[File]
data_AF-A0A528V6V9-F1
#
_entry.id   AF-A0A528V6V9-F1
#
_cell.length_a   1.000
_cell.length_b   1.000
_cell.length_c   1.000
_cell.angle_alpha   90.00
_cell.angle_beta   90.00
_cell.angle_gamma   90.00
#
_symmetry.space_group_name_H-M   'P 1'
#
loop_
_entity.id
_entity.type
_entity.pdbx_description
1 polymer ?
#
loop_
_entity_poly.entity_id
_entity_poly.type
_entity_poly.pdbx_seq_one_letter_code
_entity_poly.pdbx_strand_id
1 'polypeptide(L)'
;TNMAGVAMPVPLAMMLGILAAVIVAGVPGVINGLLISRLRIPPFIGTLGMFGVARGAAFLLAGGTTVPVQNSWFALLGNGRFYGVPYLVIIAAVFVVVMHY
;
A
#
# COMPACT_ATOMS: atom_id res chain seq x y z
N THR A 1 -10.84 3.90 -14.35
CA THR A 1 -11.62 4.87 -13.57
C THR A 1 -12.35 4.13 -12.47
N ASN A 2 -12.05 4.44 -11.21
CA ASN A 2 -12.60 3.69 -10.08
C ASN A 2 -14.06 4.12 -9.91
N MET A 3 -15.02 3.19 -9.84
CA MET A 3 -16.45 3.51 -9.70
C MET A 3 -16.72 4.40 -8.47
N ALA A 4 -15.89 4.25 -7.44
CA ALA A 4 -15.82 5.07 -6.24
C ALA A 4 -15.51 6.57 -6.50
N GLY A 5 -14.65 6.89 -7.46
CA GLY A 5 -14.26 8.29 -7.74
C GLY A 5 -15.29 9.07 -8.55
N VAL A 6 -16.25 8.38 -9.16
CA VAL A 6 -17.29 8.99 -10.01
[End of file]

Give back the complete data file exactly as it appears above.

data_AF-A0A528V6V9-F1
#
_entry.id   AF-A0A528V6V9-F1
#
_cell.length_a   1.000
_cell.length_b   1.000
_cell.length_c   1.000
_cell.angle_alpha   90.00
_cell.angle_beta   90.00
_cell.angle_gamma   90.00
#
_symmetry.space_group_name_H-M   'P 1'
#
loop_
_entity.id
_entity.type
_entity.pdbx_description
1 polymer ?
#
loop_
_entity_poly.entity_id
_entity_poly.type
_entity_poly.pdbx_seq_one_letter_code
_entity_poly.pdbx_strand_id
1 'polypeptide(L)'
;TNMAGVAMPVPLAMMLGILAAVIVAGVPGVINGLLISRLRIPPFIGTLGMFGVARGAAFLLAGGTTVPVQNSWFALLGNGRFYGVPYLVIIAAVFVVVMHY
;
A
#
# COMPACT_ATOMS: atom_id res chain seq x y z
N THR A 1 -10.84 3.90 -14.35
CA THR A 1 -11.62 4.87 -13.57
C THR A 1 -12.35 4.13 -12.47
N ASN A 2 -12.05 4.44 -11.21
CA ASN A 2 -12.60 3.69 -10.08
C ASN A 2 -14.06 4.12 -9.91
N MET A 3 -15.02 3.19 -9.84
CA MET A 3 -16.45 3.51 -9.70
C MET A 3 -16.72 4.40 -8.47
N ALA A 4 -15.89 4.25 -7.44
CA ALA A 4 -15.82 5.07 -6.24
C ALA A 4 -15.51 6.57 -6.50
N GLY A 5 -14.65 6.89 -7.46
CA GLY A 5 -14.26 8.29 -7.74
C GLY A 5 -15.29 9.07 -8.55
N VAL A 6 -16.25 8.38 -9.16
CA VAL A 6 -17.29 8.99 -10.01